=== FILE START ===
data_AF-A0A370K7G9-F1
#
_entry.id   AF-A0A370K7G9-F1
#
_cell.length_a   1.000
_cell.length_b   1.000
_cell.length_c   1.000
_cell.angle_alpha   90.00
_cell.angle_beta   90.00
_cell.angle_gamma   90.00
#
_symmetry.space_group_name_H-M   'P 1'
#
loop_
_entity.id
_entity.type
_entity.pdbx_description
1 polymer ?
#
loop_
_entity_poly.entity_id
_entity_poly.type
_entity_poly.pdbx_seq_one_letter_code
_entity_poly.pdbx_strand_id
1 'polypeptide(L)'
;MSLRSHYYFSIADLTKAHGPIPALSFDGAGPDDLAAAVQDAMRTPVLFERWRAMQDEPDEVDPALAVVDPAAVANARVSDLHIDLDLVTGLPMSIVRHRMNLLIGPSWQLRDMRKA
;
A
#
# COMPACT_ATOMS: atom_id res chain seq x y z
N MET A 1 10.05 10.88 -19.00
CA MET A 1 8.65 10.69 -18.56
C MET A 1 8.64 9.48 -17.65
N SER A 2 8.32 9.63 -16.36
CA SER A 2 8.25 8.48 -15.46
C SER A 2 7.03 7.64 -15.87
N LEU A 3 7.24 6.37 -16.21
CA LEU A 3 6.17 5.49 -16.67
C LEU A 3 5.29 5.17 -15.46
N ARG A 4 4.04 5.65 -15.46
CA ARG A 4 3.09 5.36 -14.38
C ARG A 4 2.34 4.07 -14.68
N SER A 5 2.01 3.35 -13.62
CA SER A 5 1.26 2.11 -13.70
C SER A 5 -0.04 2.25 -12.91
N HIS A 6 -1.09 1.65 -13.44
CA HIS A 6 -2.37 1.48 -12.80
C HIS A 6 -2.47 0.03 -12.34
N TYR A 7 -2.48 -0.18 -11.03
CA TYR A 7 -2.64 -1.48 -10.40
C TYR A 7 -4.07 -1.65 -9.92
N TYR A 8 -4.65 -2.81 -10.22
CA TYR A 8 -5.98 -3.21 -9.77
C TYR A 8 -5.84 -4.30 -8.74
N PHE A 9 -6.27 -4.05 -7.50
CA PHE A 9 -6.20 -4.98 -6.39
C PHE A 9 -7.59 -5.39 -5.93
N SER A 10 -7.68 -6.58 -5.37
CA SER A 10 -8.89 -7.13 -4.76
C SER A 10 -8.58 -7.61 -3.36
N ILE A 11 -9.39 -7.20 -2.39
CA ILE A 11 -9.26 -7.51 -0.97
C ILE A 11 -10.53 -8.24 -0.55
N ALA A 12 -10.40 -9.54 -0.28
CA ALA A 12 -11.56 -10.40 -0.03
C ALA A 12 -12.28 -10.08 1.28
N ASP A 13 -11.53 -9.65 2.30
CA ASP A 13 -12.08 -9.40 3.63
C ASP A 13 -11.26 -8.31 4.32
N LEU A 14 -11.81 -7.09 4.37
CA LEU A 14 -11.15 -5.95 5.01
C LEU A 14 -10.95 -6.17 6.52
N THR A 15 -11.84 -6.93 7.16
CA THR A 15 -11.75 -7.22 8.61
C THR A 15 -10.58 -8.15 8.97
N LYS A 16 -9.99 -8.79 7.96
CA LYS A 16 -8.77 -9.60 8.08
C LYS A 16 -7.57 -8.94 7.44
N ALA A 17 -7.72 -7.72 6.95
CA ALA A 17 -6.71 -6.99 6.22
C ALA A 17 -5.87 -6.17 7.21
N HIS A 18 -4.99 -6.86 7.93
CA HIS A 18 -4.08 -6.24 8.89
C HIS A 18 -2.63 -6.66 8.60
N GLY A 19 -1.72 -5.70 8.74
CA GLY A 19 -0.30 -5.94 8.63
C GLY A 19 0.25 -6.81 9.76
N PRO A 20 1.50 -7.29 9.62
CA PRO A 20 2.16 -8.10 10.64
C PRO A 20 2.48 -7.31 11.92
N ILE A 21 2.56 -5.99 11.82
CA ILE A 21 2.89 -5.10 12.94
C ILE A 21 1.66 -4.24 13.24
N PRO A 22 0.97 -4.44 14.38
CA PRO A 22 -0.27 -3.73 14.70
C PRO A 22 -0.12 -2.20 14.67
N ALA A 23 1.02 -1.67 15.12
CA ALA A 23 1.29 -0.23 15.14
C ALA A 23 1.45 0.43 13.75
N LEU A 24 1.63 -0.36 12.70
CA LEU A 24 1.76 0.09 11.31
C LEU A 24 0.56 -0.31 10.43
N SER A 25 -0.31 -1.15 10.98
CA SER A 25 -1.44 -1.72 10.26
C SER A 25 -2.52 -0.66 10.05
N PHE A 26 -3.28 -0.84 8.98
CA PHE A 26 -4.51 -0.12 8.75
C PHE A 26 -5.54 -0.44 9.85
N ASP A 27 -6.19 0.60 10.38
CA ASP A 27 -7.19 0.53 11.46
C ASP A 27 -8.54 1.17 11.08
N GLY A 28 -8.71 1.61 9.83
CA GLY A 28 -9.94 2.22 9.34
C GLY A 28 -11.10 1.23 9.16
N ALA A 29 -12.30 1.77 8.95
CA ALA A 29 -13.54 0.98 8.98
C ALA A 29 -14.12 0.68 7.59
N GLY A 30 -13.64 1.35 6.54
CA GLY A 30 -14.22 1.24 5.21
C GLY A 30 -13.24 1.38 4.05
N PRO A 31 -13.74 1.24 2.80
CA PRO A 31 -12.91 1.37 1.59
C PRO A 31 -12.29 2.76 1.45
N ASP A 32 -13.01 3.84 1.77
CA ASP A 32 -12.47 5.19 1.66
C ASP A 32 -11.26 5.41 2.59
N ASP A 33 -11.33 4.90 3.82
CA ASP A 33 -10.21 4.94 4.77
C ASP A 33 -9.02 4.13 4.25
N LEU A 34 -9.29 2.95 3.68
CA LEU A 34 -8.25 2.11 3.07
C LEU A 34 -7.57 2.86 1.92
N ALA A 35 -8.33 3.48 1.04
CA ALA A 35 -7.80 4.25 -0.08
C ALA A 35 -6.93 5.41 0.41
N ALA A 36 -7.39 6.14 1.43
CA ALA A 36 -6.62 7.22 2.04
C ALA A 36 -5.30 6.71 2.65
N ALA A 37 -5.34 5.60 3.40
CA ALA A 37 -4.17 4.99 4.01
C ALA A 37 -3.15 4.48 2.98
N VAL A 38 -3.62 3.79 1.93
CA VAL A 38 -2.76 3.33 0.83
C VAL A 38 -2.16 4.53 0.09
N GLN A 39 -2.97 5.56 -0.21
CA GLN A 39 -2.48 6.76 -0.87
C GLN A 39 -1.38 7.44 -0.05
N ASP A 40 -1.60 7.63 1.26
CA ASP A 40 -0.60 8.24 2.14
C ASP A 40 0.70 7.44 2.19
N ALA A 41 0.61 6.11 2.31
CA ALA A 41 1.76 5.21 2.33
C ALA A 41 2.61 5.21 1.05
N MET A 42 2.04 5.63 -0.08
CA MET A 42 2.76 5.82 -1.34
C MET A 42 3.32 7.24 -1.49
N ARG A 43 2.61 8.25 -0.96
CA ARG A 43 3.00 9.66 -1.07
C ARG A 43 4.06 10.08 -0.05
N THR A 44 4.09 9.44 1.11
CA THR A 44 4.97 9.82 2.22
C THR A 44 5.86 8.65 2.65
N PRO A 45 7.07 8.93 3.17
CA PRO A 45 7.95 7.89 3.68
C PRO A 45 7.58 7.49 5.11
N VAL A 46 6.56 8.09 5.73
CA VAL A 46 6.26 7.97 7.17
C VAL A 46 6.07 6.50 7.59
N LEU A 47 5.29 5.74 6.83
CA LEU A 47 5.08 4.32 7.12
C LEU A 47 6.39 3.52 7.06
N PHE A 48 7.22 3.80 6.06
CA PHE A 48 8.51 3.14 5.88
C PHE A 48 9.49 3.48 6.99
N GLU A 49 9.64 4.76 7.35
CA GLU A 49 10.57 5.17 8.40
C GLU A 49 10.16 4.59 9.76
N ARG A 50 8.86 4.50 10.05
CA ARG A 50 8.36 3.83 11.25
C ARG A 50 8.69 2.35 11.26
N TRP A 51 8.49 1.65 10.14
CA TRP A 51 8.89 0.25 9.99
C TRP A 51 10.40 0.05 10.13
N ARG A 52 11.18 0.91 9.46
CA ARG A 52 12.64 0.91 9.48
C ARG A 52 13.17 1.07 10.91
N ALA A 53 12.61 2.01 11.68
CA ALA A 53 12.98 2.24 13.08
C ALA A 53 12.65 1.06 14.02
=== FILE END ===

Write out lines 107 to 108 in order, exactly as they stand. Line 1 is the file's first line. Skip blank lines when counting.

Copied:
CA PHE A 26 -4.51 -0.12 8.75
C PHE A 26 -5.54 -0.44 9.85